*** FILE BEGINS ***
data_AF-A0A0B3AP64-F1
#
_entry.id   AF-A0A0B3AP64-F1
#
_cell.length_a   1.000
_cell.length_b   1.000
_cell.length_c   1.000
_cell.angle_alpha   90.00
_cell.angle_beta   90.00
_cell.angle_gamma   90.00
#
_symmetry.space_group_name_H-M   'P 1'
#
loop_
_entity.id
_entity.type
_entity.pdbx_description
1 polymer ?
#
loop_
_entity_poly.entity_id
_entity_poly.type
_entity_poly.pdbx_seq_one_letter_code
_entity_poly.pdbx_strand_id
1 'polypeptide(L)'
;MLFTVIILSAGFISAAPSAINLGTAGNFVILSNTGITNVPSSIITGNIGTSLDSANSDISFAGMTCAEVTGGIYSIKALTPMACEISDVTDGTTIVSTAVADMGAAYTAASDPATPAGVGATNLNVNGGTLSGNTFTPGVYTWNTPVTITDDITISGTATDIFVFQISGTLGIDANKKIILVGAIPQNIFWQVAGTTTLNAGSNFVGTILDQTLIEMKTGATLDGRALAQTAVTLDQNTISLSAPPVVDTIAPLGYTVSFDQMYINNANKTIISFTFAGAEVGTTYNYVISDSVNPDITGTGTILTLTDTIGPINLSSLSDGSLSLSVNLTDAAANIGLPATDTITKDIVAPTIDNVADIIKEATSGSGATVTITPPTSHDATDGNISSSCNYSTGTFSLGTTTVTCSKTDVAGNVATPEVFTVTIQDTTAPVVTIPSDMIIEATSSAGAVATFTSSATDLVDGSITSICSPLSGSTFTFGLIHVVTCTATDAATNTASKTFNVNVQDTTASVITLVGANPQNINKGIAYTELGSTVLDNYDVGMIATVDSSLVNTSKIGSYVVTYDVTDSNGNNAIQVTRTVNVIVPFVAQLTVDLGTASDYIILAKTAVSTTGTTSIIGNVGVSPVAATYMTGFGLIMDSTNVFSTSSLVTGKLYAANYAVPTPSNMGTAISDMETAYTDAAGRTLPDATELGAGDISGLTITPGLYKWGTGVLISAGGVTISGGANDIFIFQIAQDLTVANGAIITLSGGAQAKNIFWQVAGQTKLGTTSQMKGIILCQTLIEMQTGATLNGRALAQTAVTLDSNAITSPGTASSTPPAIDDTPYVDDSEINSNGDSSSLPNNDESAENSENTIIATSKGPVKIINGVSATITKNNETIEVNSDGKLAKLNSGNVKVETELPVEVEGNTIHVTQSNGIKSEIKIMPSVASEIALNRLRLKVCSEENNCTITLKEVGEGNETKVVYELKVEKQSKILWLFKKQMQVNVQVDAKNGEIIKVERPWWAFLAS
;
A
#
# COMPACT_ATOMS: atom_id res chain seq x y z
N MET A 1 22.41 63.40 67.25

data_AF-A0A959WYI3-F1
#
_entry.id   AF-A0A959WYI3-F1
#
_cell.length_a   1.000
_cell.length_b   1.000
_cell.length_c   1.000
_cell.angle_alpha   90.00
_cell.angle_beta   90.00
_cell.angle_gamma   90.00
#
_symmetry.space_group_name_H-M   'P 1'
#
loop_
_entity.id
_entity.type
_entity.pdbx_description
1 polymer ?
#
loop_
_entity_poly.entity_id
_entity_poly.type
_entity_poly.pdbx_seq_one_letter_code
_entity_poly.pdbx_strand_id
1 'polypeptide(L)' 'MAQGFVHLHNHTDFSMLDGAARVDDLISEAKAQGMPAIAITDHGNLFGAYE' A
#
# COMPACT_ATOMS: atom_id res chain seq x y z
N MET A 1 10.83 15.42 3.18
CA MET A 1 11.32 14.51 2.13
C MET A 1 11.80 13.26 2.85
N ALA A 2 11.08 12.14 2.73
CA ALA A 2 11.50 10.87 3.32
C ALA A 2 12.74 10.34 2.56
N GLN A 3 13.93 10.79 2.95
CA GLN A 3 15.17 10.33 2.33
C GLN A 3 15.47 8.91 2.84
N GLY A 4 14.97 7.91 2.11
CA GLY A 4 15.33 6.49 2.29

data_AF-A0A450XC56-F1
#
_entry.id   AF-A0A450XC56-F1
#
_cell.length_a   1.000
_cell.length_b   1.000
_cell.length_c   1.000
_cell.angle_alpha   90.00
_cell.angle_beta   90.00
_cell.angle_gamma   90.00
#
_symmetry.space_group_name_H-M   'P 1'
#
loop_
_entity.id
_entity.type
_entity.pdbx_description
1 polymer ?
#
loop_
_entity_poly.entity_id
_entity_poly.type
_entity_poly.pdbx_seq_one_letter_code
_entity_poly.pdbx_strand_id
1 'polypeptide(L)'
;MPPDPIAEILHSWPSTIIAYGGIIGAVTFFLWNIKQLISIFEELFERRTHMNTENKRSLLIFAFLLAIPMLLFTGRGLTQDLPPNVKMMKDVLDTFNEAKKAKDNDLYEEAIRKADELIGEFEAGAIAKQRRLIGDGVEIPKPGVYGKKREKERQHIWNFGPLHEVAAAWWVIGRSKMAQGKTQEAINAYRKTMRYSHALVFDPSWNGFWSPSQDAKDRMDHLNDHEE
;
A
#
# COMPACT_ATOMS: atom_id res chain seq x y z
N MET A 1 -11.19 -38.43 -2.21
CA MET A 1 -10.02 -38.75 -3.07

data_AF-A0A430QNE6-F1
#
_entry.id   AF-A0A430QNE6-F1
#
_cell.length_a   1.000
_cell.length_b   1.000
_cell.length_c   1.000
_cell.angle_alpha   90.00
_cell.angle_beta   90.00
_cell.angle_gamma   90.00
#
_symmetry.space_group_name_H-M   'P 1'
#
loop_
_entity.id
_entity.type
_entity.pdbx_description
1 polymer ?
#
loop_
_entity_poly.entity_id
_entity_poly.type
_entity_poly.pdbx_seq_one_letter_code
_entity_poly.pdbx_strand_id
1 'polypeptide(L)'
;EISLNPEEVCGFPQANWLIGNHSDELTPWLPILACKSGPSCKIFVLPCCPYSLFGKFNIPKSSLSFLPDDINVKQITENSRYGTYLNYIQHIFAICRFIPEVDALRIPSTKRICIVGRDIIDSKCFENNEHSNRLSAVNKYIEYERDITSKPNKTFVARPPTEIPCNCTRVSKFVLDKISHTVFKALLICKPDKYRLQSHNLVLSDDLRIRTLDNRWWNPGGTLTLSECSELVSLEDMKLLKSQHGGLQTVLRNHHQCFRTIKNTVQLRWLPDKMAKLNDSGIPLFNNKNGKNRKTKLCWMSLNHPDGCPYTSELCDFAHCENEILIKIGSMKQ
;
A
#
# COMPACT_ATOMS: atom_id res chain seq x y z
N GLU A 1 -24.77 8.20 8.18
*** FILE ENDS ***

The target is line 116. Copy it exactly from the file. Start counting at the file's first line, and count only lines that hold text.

_entity.id